Over the last year, as we began experimenting with our indigo dye house, we became excited about the possibilities of this natural color and the richness and variations it creates. This excitement carried over into our ongoing conversations with Heath about expanding our collaboration. The new pieces build upon our previous work together and today we launch two new themes in our Alabama Chanin + Heath Ceramics collaboration: Indigo and Bird’s Nest.
Two years ago, Cathy Bailey and her son Jasper came to visit Maggie and me in The Shoals via train. It was Jasper’s spring break and they boarded the California Zephyr to Birmingham by way of Washington D.C., and traversed the entire country to spend time in North Alabama. Needless to say, Jasper and Maggie became fast friends, our collaboration with Heath Ceramics continued to grow, Cathy and I became even better friends, and the next year, they came again. In a few short days, Maggie and I will be taking the California Zephyr to San Francisco. We’ve come to call it “Jasper’s Trip,” since Jasper has given me (and Maggie) a renewed love for trains.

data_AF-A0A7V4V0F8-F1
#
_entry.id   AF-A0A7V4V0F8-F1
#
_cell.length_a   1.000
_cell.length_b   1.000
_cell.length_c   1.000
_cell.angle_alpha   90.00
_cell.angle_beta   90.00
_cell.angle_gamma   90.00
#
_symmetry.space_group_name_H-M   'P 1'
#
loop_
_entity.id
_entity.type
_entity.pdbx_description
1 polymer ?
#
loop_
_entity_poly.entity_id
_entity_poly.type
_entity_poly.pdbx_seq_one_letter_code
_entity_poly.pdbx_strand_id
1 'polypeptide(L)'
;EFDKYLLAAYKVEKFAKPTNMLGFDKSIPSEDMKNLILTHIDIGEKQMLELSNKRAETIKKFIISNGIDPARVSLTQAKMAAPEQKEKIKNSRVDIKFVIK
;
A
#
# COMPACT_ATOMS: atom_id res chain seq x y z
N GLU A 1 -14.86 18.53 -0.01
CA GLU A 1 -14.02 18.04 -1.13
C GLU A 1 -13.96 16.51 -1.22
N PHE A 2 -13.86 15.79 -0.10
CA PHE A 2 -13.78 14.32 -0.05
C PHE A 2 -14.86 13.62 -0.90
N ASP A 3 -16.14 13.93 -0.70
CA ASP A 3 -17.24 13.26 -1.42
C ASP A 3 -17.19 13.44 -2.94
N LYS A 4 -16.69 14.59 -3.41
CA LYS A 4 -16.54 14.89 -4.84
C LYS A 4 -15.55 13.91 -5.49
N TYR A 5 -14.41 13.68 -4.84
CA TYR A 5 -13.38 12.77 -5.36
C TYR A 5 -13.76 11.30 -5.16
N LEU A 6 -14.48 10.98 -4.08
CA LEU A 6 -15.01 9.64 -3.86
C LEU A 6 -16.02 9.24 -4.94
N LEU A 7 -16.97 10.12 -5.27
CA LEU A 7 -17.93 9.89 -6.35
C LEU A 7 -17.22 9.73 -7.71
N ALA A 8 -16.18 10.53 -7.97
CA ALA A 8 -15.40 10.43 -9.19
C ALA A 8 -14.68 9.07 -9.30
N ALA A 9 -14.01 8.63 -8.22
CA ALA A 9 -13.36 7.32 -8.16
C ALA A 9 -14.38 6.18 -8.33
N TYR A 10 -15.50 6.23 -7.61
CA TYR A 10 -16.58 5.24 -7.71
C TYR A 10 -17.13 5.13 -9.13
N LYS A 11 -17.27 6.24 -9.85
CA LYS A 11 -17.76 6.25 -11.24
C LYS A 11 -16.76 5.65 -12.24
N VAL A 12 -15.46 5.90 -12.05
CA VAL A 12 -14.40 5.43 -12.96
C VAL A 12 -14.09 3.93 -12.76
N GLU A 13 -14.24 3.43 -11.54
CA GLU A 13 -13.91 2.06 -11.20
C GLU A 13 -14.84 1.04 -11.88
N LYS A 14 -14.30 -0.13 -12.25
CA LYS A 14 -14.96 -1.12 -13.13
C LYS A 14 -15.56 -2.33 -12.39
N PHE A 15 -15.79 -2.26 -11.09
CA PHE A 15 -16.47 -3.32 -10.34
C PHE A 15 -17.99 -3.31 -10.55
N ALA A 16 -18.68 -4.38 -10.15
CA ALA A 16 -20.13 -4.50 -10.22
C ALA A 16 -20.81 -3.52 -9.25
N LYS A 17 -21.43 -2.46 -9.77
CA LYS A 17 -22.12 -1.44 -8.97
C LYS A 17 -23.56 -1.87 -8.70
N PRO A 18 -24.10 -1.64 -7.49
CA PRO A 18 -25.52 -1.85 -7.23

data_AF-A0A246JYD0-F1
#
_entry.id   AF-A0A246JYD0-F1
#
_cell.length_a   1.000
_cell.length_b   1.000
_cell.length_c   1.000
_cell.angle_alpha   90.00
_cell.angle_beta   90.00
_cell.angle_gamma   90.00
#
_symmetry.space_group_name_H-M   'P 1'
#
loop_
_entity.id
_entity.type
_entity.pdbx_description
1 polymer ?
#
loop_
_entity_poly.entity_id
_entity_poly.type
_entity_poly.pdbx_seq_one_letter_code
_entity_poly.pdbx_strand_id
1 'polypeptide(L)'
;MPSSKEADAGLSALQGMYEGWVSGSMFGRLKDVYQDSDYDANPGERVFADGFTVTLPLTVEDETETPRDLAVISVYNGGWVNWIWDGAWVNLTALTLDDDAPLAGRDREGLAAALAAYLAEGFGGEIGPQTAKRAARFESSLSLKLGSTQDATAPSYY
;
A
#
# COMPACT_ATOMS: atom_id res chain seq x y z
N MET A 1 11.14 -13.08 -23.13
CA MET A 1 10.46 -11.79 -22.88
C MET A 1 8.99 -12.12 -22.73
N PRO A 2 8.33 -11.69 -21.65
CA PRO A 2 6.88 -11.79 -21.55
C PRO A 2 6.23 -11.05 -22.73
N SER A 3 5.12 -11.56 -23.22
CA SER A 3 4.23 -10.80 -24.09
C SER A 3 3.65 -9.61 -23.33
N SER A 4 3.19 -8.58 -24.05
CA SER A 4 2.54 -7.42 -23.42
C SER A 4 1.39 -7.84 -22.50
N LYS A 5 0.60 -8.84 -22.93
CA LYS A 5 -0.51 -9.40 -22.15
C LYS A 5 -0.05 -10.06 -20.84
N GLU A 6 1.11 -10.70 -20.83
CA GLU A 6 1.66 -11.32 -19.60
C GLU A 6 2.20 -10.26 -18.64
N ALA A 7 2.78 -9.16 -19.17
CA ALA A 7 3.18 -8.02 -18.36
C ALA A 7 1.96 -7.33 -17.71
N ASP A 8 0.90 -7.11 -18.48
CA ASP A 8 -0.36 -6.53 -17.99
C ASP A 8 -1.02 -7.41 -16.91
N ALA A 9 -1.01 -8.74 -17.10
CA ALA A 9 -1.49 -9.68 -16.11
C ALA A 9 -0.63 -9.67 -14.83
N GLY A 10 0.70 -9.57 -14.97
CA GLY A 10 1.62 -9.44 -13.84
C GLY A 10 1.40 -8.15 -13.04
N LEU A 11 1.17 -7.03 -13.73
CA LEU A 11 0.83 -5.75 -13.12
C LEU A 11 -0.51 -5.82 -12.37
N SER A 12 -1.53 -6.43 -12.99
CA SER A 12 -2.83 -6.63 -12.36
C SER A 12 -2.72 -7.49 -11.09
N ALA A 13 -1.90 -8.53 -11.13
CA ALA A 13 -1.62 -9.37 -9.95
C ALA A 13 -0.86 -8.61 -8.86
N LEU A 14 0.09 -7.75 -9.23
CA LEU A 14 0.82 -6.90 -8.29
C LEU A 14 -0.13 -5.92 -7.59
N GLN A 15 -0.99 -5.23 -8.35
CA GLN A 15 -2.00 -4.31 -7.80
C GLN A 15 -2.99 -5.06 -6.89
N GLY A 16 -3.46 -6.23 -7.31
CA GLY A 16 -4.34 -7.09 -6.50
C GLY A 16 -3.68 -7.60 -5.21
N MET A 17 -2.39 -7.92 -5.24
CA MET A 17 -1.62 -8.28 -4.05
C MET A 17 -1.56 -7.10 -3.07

Over the last five years, our work with Cathy Bailey and Robin Petravic has been some of the most productive, exciting, and meaningful work that we’ve had the opportunity to do. Robin and Cathy are husband and wife, parents to Jasper, writers of the new book, Tile Makes the Room, and the owners and operators of Heath Ceramics. Cathy was an early member of our Makeshift initiative and has participated in almost every major Makeshift event since its inception. Our ongoing collaboration with Heath is one of our proudest (and longest lasting) joint design ventures. And throughout the process, Cathy has become a trusted friend.